Being out with a child certainly makes you see things in a different way )

Afterwards we wandered through a surprisingly sunny Bradford, where the locals were out and about enjoying a street market and a vintage car rally, and where Amy bought Prosecco while Pete was given a free two-minute Indian head massage. Then we returned home for dinner and a local cinema trip to see Shrek Forever After, which I shall write up separately, and which Holly seemed to enjoy. And today we indulged ourselves in the charity shops of Headingley, had a nice lunch together and walked home past some Scottish country dancers strutting their stuff at a school fĂȘte, before my guests had to pile themselves in the car and hit the road for the journey back home to Bristol.

I should add that in the evenings while little Holly slumbered upstairs, we adults settled down with Prosecco and G&Ts to enjoy some more grown-up activities. Well... slightly more grown-up, anyway. We played a few rounds of Eat Poop You Cat, for which I owe a huge debt to [livejournal.com profile] whatifoundthere for alerting me to the game's existence. Unlike her, I can't scan our efforts, because my scanner is currently bust, but I can tell you that we collectively managed to transform the simple phrase "Highway to Hell" into the sentence, "You can listen to great music along the road to hell, but the reception on your car radio may be affected by lightning storms", and also "Reverse the polarity of the neutron flow" (Amy's contribution, not mine!) into "Dog punt atom mother".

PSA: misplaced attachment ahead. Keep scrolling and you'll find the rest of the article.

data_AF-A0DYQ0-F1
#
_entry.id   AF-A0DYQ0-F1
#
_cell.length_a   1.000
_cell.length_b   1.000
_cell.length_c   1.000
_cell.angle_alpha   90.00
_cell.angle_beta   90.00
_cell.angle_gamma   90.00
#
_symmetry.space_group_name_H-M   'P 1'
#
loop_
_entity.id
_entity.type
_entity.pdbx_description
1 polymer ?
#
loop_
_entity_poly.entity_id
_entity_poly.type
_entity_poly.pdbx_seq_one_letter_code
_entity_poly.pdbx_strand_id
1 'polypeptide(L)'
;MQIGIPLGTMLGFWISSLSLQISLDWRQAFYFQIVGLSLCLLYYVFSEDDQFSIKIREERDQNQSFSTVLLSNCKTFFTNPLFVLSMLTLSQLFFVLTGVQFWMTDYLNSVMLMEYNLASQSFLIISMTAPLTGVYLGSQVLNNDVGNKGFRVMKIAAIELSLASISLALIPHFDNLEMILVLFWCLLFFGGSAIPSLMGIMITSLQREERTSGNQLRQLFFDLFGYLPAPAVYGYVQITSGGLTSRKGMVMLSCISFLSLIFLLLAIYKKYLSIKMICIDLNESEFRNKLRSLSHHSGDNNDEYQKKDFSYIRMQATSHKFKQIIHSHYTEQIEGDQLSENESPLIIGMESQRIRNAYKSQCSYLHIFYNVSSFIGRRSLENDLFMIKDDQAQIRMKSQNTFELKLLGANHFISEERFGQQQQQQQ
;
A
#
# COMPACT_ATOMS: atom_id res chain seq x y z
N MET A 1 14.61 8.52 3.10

We also watched a couple of episodes of Blake's 7 - though unfortunately not starting with the first one, which would have been the most logical for me, as it was missing from Amy's box-set. That meant that it took me a while to tune in to the characters, but by the end of the second episode I'd definitely warmed to Cally, Jenna, Avon and Vila (for rather different reasons in each case). I also appreciated the way that the stories didn't always end neatly or happily in the same way that they do on Doctor Who (not that I dislike that in Who - but it's nice to see a different approach). I've still got a lot of Doctor Who to watch (and write up for that matter), but I'm definitely up for some more Blake's 7 at some point.

So, yes - a great weekend. I'm a bit physically tired now, but mentally refreshed and ready to face the week. Wonder if that will last into tomorrow morning? ;-)

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strange_complex: (Me as a child)
It's funny how your behaviour changes with your environment. I have Spider Solitaire on my own computer at home, but never play it, thinking it dull and boring. When I'm at my parents' house, though (as now), I hardly seem capable of going to bed without first playing, and winning (playing alone will not do) a game of it. It is just part of my bedtime ritual in the room where I sleep when I'm here.

And it leads me off on strange trains of thought like this:

When I was young, and playing games of Sevens Patience (now more usually Americanised to 'Solitaire') on the carpet, I very quickly developed marked value judgements about the various suits in the pack. These were based mainly on the division between red and black, but even within each colour, one of the suits appeared to me to be distinctly superior to the other. One colour I related to, and thought strong, good and worthy of victory. The other, I saw as alien, weak, unreliable and generally best avoided.

The pictures on the cards did help to forge these judgements, as did a knowledge of things like Alice in Wonderland and the nursery rhyme about the Jack of Hearts. So it's likely that more than the 50% of the population whom probability alone would suggest might share them actually do. But let's see, shall we?

[Poll #885480]